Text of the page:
Dissolve gently by the side of the fire an ounce and a half of the best chocolate in rather more than a wineglassful of water, and then boil it until it is perfectly smooth; mix with it a pint of milk well flavoured with lemon-peel or vanilla, add two ounces of fine sugar, and when the whole boils, stir it to five well-beaten eggs that have been strained. Put the custard into a jar or jug, set it into a pan of boiling water, and stir it without ceasing until it is thick. Do not put it into glasses or a dish till nearly or quite cold. These, as well as all other custards, are infinitely finer when made with the yolks only of the eggs, of which the number must then be increased. Two ounces of chocolate, a pint of milk, half a pint of cream, two ounces and a half or three ounces of sugar, and eight yolks of eggs, will make very superior custards of this kind.
Rasped chocolate, 1 1/2 oz.; water, 1 large wineglassful: 5 to 8 minutes. New milk, 1 pint; eggs, 5; sugar, 2 ozs. Or, chocolate, 2 ozs.; water, 1/4 pint; new milk, 1 pint: sugar, 2 1/2 to 3 ozs.; cream, 1/2 pint; yolks of eggs, 8.
Either of these may be moulded by dissolving from half to three quarters of an ounce of isinglass in the milk. The proportion of chocolate can be increased to the taste.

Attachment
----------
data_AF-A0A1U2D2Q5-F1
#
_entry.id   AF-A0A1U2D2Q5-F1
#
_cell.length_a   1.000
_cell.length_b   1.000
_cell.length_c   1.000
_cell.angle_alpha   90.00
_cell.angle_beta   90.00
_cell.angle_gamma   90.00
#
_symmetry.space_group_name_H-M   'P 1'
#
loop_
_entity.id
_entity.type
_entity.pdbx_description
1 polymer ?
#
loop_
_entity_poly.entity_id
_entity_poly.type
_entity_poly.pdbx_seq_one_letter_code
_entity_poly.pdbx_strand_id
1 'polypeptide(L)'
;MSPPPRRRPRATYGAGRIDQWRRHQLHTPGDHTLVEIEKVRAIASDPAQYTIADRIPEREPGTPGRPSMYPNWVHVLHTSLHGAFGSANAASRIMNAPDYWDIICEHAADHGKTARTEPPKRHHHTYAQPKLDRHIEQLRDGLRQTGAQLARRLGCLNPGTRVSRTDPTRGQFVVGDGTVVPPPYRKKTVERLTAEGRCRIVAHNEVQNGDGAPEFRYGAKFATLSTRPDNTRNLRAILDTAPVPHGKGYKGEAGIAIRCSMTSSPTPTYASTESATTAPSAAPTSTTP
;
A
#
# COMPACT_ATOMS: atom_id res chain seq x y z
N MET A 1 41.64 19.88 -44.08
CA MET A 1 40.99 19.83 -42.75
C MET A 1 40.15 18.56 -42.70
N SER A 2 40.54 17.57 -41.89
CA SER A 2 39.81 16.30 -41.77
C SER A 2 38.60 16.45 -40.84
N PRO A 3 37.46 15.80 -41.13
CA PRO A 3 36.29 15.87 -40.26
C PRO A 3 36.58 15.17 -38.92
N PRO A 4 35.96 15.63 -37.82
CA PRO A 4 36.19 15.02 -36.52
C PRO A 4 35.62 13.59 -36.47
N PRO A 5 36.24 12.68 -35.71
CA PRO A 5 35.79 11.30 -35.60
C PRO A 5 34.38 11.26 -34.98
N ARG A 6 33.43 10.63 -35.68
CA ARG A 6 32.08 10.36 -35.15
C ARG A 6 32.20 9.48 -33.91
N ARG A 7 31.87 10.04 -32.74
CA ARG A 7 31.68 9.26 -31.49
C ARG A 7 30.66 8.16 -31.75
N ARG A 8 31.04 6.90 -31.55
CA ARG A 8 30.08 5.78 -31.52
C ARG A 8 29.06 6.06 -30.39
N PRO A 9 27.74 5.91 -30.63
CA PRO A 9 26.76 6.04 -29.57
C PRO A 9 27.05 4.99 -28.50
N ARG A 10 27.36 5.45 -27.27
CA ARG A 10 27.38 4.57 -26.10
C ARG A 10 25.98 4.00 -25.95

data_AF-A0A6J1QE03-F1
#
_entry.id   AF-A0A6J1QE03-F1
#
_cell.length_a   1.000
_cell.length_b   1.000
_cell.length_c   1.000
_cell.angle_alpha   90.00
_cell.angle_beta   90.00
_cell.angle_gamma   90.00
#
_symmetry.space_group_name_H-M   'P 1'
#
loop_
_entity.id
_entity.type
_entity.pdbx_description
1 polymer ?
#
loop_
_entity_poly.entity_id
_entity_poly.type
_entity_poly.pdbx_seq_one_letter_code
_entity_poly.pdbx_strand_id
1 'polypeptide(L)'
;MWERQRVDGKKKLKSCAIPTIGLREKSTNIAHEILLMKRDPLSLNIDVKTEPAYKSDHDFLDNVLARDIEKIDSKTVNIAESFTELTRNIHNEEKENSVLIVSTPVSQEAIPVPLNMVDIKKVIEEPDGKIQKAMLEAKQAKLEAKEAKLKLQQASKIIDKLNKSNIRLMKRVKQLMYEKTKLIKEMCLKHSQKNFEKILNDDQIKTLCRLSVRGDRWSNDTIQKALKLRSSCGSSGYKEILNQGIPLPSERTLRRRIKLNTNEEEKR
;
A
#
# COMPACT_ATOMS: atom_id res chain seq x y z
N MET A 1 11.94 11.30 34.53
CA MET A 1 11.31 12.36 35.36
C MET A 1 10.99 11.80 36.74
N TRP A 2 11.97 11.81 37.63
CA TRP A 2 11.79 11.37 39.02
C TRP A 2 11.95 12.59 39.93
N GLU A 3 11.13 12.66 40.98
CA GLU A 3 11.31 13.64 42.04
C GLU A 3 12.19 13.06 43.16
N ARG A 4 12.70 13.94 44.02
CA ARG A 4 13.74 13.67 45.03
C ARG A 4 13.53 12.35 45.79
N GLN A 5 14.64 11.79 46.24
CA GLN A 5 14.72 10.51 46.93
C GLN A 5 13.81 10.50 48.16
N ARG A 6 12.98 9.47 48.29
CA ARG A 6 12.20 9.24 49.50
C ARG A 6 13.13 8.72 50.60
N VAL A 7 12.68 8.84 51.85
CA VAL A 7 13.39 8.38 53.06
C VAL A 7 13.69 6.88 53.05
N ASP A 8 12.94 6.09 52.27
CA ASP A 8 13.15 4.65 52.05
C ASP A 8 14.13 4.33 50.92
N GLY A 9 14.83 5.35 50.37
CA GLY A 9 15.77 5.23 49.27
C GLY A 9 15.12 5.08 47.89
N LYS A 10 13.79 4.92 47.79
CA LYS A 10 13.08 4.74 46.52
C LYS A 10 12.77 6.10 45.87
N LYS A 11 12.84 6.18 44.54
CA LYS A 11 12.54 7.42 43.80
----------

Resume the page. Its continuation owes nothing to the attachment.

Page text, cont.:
Mix a quart of new milk with eight well-beaten eggs, strain the mixture through a fine sieve, and sweeten it with from five to eight ounces of sugar, according to the taste; add a small pinch of salt, and pour the custard into a deep dish with or without a lining or rim of paste, grate nutmeg or lemon rind over the top, and bake it in a very slow oven from twenty to thirty minutes, or longer, should it not be firm in the centre. A custard, if well made, and properly baked, will be quite smooth when cut, without the honey-combed appearance which a hot oven gives; and there will be no whey in the dish.
New milk, 1 quart; eggs, 8; sugar, 5 to 8 ozs.; salt, 1/4 salt-spoonful; nutmeg or lemon-grate: baked, slow oven, 20 to 30 minutes, or more.
Boil together gently, for five minutes, a pint and a half of new milk, a few grains of salt, the very thin rind of a lemon, and six ounces of loaf sugar; stir these boiling, but very gradually to the well-beaten yolks of ten fresh eggs, and the whites of four; strain the mixture, and add to it half a pint of good cream; let it cool, and then flavour it with a few spoonsful of brandy, or a little ratafia; finish and bake it by the directions given for the common custard above; or pour it into small well-buttered cups, and bake it very slowly from ten to, twelve minutes.